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Trains: cheap tickets, going to and from St. Petersburg and other cities
Trains are an excellent, fun, affordable, efficient means of venturing outside Moscow, be it to St. Petersburg or nearby towns and cities, especially Golden Ring cities such as Vladimir/Suzdal, and Yaroslavl/Sergiev Posad or all the way across Siberia to Vladivostok or China. This overview will provide most of the information you will need, including how to get the best prices.
There are many travel sites and ticket resellers out there all using different and confusing terms for train types, ticket classes etc. This article sticks to the terms used by the official Russian Railroads web site – rzd.ru – which should be your first stop for checking timetables and buying tickets (more on that later).
Types of trains and service
There are three basic types of trains:
When to buy your tickets
For non-commuter trains, you should get your tickets in advance, especially if you will be traveling during peak times (summer months), and days (Friday-Monday). Not only you risk to find your desired train sold out, the price for most trains goes steeply up (up to four times the initial price!) as the number of available seats goes down. Don’t be afraid to book early if you are not completely sure of your plans. Tickets bought on rzd.ru can be returned via the same site for a full refund (minus a modest fee of 185 rubles) up to 8 hours before the train departure.
The earliest tickets go on sale is 45 or 60 days before the departure date depending on the train. Some resellers will be happy to take your money much earlier and sit on it until the actual tickets go on sale – don’t let that fool you into thinking that they can secure your seats before those go on sale.
Where to buy your tickets
The only web site where you can buy your tickets at face value (same price as at the station) with no commission is the official web site of Russian Railroads - rzd.ru. The web site provides a user interface in English and accepts most Visa/Mastercard credit cards. Even though most people succeed in buying their tickets from rzd.ru web site lately, many complain about their cards being declined. Here’s what you can do to maximize your chances:
If you still can’t make your card work with rzd.ru no matter what, there is a large number of resellers online (see the list at the bottom), all of them adding a markup ranging from modest to outrageous. As of the moment of this writing, tutu.travel adds a very reasonable markup/commission and accepts PayPal. Anyway it’s up to you to compare prices between different sources and decide what price is acceptable to you.
You can also buy tickets for any train at any train station in Russia: see above the risks of postponing your buying until the last moment. However, if you have your heart set on this, you may want to consider paying $5 or so for entry into a VIP lounge (available at most major stations) versus standing in line at an "English language" window with the noise, confusion, and potential for delays this entails). The agents in the lounge will be able to a) understand you, and b) calmly, quietly get you your tickets, c) with free wireless to boot, and, d) in summer months, in a nice, air-conditioned setting.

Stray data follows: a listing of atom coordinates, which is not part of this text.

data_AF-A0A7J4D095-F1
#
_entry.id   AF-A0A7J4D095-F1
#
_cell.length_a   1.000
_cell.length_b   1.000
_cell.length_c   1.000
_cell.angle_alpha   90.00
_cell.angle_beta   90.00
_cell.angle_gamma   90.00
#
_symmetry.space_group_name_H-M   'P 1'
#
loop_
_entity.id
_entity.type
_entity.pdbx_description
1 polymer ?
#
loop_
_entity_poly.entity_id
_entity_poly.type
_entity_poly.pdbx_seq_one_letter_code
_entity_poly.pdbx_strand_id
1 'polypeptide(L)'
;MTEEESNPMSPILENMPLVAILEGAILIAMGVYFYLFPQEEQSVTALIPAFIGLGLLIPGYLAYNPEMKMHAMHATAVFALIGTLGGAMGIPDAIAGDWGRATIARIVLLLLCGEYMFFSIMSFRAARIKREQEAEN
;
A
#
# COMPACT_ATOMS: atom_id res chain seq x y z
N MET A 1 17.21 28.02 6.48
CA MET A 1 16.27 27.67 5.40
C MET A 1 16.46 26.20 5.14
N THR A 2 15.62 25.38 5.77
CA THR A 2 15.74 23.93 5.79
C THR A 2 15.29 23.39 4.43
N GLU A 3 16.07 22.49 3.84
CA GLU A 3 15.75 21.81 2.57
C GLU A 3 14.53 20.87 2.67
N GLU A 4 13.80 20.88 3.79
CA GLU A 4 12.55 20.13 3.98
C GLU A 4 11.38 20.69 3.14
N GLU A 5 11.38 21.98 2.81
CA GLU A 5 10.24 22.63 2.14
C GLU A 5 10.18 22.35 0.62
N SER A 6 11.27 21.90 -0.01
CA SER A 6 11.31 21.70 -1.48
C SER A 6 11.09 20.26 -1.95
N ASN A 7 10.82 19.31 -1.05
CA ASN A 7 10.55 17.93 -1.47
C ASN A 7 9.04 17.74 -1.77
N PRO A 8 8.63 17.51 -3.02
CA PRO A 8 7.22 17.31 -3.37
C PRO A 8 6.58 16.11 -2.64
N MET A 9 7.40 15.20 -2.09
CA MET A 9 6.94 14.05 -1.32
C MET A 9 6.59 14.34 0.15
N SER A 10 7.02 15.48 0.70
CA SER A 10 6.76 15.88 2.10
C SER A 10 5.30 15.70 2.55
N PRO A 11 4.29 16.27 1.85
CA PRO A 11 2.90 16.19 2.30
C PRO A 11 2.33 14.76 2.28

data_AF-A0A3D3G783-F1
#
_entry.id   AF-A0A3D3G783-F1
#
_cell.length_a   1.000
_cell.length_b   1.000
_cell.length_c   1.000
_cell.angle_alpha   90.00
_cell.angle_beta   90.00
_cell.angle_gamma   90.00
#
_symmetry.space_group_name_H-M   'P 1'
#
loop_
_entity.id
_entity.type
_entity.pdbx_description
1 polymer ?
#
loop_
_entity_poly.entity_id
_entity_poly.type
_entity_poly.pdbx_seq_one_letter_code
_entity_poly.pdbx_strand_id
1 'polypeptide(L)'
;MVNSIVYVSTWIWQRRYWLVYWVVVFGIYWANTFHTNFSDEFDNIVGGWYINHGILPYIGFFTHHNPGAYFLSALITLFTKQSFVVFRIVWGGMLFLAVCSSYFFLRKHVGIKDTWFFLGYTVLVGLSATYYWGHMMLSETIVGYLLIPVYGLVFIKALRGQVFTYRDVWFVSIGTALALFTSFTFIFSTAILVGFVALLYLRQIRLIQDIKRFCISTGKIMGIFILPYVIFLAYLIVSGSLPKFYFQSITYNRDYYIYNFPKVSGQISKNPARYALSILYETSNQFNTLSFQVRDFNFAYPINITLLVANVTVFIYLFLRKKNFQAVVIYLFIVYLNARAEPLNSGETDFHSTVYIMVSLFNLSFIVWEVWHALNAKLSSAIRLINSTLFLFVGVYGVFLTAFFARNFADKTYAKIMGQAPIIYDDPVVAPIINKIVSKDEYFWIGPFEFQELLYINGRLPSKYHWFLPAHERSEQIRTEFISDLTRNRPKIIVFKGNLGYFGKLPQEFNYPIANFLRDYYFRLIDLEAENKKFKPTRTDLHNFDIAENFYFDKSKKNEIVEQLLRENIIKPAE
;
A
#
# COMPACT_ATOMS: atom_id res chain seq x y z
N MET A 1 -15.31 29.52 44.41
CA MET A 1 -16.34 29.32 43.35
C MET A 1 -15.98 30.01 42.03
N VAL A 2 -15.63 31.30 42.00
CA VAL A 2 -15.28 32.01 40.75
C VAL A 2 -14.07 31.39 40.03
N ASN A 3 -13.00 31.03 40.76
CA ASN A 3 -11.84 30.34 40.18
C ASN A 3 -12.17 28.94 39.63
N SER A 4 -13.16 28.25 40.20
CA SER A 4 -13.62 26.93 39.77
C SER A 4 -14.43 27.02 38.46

Finally, you can ask your hotel to get your tickets for you: with the same "risk" caveat as for buying at a train station, you can certainly ask your hotel to help. In a pinch, while they may charge you a bit more (the biggest portion for courier delivery since here you will be dealing with paper tickets), this might come in handy at some point!
Whenever possible (almost always!), opt for an e-ticket. This is easy to do, and all you have to do is show up at the train (your car) and show your passport and your e-ticket with a bar code on it – either as a printout or on the screen of your smartphone. The boarding agent will find your name/reservation on his/her hand-held device and wave you onto the train.
Please note, that buying a train ticket in Russia requires a passport. If you buy online you'll have to enter passport number (category called "foreign document", not "international passport"), country of issue, date and place of birth. Passport number will be printed on your ticket and may be checked while boarding. Do NOT enter "33" anywhere as misleading online help and some internet posts might suggest: simply select "foreign document" as Document type and type your passport number into the Doc number field.
There are two important points to be made re buying international train tickets:
Tickets for some trains (e.g. to Ulan-Bator, Mongolia) are NOT available online via rzd.ru. To get those tickets, you’ll either have to buy them at the station (with the risk of the train being sold out by then) or resort to a reseller/agency which would be able to buy out and deliver physical tickets to you.
Be very careful when buying tickets for international trains headed to Russia from abroad. If the train doesn’t have an "ЭР" (electronic registration/check-in) icon next to it on rzd.ru then you WON’T be able to board it abroad with your Russian e-ticket only: you will need a paper ticket that can ONLY be obtained in Russia. If the train does have an "ЭР" logo then the Russian e-ticket should work but still it makes better sense to buy the ticket in the country where you are boarding the train so that in case of any problem/ misunderstanding/ itinerary change etc you will find yourself talking to the same company that sold you the ticket.
Getting to your train station (Moscow only!)
As with any place in Moscow, the Metro will whisk you to any out of its nine train stations, regardless of location. The good news is three of them are right in the same place – Komsomolskaya Square. Overall, the three most likely suspects will be:
Russian train ticket resellers (mostly added by the resellers themselves):